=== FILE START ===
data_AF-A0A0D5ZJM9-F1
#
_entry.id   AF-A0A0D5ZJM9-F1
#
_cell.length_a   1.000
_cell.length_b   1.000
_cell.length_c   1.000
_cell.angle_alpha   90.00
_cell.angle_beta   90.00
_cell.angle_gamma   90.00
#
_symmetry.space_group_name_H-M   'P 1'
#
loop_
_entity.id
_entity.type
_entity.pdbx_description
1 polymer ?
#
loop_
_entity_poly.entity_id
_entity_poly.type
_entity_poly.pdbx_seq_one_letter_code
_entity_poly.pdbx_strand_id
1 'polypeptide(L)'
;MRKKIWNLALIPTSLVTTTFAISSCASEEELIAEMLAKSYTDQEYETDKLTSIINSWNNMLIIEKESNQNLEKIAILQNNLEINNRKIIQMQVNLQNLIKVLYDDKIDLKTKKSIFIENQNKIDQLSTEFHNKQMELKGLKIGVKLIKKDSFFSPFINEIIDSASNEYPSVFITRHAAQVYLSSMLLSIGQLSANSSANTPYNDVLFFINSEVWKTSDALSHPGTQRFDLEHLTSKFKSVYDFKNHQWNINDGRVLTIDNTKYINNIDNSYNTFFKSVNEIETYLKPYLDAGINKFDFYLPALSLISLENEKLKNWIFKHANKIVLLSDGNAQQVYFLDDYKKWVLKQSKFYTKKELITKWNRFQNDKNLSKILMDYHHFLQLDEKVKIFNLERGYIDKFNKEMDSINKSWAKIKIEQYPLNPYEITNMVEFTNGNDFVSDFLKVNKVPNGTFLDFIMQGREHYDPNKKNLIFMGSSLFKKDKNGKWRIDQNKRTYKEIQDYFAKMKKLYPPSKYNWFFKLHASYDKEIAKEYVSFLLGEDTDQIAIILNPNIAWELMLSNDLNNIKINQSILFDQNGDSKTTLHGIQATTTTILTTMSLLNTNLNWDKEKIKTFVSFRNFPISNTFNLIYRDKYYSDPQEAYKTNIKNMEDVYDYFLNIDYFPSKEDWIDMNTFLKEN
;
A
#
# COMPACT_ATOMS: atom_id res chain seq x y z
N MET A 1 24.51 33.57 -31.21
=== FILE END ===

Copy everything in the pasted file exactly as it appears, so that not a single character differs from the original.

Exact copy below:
data_AF-A0A0D5ZJM9-F1
#
_entry.id   AF-A0A0D5ZJM9-F1
#
_cell.length_a   1.000
_cell.length_b   1.000
_cell.length_c   1.000
_cell.angle_alpha   90.00
_cell.angle_beta   90.00
_cell.angle_gamma   90.00
#
_symmetry.space_group_name_H-M   'P 1'
#
loop_
_entity.id
_entity.type
_entity.pdbx_description
1 polymer ?
#
loop_
_entity_poly.entity_id
_entity_poly.type
_entity_poly.pdbx_seq_one_letter_code
_entity_poly.pdbx_strand_id
1 'polypeptide(L)'
;MRKKIWNLALIPTSLVTTTFAISSCASEEELIAEMLAKSYTDQEYETDKLTSIINSWNNMLIIEKESNQNLEKIAILQNNLEINNRKIIQMQVNLQNLIKVLYDDKIDLKTKKSIFIENQNKIDQLSTEFHNKQMELKGLKIGVKLIKKDSFFSPFINEIIDSASNEYPSVFITRHAAQVYLSSMLLSIGQLSANSSANTPYNDVLFFINSEVWKTSDALSHPGTQRFDLEHLTSKFKSVYDFKNHQWNINDGRVLTIDNTKYINNIDNSYNTFFKSVNEIETYLKPYLDAGINKFDFYLPALSLISLENEKLKNWIFKHANKIVLLSDGNAQQVYFLDDYKKWVLKQSKFYTKKELITKWNRFQNDKNLSKILMDYHHFLQLDEKVKIFNLERGYIDKFNKEMDSINKSWAKIKIEQYPLNPYEITNMVEFTNGNDFVSDFLKVNKVPNGTFLDFIMQGREHYDPNKKNLIFMGSSLFKKDKNGKWRIDQNKRTYKEIQDYFAKMKKLYPPSKYNWFFKLHASYDKEIAKEYVSFLLGEDTDQIAIILNPNIAWELMLSNDLNNIKINQSILFDQNGDSKTTLHGIQATTTTILTTMSLLNTNLNWDKEKIKTFVSFRNFPISNTFNLIYRDKYYSDPQEAYKTNIKNMEDVYDYFLNIDYFPSKEDWIDMNTFLKEN
;
A
#
# COMPACT_ATOMS: atom_id res chain seq x y z
N MET A 1 24.51 33.57 -31.21